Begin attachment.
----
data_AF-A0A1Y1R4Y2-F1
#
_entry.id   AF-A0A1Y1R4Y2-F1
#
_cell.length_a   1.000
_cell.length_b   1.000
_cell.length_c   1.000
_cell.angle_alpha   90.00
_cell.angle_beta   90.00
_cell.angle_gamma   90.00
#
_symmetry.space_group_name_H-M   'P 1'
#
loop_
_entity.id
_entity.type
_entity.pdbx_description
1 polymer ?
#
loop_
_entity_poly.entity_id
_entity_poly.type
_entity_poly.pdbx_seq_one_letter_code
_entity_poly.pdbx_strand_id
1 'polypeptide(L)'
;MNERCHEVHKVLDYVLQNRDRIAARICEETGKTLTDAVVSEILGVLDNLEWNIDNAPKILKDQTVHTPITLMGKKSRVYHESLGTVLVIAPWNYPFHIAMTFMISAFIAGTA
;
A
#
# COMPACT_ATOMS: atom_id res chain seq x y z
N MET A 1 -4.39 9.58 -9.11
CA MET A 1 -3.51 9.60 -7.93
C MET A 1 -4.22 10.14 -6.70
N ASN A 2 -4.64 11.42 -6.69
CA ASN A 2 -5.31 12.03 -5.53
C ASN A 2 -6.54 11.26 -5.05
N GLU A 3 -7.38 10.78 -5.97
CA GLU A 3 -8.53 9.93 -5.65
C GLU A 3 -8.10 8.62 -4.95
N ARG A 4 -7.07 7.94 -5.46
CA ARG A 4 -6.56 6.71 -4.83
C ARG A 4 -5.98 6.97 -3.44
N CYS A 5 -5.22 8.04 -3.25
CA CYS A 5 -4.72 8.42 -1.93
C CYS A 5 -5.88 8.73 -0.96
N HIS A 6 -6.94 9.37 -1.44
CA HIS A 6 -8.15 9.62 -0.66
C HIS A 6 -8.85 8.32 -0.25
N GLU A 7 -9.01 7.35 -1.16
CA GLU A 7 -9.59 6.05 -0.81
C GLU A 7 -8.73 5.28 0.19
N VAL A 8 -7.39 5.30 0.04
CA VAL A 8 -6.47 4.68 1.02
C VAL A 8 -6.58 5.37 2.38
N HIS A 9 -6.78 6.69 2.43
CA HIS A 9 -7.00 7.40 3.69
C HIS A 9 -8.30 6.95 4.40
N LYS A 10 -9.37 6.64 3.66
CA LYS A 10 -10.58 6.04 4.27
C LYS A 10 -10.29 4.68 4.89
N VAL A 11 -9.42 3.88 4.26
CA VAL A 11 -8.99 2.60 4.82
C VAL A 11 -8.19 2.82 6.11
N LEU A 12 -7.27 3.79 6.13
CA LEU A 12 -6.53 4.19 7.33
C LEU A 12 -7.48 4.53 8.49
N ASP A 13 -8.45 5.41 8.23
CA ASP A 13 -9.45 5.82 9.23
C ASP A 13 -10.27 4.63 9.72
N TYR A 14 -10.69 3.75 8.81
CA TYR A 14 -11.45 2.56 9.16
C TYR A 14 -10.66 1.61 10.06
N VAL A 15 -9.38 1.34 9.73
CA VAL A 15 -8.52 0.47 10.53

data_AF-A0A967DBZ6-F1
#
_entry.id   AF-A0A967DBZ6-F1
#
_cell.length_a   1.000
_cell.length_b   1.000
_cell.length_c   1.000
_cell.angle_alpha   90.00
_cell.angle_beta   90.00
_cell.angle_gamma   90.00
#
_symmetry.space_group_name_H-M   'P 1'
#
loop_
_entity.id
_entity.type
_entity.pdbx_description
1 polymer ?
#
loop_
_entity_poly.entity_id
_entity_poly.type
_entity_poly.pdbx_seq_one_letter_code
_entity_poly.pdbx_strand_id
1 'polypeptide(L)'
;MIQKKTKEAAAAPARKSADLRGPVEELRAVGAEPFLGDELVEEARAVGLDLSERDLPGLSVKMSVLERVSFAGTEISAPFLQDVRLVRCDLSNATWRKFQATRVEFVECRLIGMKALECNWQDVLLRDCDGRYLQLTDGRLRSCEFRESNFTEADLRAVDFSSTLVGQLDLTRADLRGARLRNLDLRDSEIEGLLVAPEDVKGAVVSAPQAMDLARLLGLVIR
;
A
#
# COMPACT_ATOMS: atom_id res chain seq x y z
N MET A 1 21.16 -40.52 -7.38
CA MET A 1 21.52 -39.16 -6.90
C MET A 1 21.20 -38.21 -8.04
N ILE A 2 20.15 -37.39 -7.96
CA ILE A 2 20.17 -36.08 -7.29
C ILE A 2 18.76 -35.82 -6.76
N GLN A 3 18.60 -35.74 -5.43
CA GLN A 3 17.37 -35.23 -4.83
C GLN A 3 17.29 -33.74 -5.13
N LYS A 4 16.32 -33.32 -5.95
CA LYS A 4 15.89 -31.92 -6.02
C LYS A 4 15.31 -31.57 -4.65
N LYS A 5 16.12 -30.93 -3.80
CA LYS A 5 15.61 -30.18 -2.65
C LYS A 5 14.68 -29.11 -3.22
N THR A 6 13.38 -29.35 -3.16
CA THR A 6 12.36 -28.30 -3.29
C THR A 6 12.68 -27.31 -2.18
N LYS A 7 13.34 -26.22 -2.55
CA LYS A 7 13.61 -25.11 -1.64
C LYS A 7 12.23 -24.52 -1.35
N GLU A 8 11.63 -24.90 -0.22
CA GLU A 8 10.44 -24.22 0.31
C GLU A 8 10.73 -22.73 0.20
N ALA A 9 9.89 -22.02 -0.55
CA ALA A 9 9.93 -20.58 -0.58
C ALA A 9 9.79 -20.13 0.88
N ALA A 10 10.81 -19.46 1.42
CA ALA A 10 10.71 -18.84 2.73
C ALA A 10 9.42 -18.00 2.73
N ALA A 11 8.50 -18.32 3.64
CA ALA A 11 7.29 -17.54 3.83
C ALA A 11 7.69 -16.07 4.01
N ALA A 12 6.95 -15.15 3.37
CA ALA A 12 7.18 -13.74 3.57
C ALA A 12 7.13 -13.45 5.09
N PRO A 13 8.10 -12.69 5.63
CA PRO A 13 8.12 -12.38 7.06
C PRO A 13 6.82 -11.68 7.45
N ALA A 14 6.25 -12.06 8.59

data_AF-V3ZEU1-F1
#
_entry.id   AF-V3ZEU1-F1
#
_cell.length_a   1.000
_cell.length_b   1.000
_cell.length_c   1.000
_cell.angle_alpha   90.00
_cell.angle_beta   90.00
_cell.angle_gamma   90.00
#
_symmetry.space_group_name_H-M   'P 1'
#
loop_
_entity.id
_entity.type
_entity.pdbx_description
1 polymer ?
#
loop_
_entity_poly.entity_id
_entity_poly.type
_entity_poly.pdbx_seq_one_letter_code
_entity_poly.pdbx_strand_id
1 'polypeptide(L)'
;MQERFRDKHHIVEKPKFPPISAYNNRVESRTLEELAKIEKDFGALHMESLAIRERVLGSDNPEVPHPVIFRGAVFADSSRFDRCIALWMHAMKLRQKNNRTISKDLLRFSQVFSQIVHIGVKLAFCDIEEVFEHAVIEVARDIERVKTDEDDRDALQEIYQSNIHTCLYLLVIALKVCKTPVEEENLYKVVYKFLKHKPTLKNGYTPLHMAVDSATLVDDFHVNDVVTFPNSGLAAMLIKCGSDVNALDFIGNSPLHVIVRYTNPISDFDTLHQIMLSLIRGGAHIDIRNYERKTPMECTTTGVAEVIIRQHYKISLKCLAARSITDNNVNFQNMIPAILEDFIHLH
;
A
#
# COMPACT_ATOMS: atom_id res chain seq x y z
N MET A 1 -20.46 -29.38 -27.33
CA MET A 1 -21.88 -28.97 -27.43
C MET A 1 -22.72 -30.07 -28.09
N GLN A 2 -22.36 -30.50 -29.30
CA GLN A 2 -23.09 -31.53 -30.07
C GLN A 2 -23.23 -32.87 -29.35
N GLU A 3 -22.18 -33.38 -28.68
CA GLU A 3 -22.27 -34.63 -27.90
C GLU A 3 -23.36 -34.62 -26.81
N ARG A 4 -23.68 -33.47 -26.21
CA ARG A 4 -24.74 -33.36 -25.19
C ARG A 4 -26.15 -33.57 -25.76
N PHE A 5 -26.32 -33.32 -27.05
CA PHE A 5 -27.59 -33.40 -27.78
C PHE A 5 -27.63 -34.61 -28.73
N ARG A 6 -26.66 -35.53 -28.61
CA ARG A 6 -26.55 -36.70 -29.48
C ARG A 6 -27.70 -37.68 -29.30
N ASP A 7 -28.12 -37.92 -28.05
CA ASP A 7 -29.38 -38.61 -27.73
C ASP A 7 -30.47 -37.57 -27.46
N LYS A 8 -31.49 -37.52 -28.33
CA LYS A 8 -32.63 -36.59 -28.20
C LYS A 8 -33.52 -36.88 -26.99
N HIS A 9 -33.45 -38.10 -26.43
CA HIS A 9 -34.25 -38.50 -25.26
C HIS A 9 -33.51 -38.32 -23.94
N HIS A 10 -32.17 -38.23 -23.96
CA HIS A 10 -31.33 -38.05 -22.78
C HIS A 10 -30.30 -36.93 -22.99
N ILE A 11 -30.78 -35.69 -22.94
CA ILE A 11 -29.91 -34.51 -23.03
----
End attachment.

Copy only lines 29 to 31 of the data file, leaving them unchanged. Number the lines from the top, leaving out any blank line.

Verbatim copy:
#
# COMPACT_ATOMS: atom_id res chain seq x y z
N MET A 1 -4.39 9.58 -9.11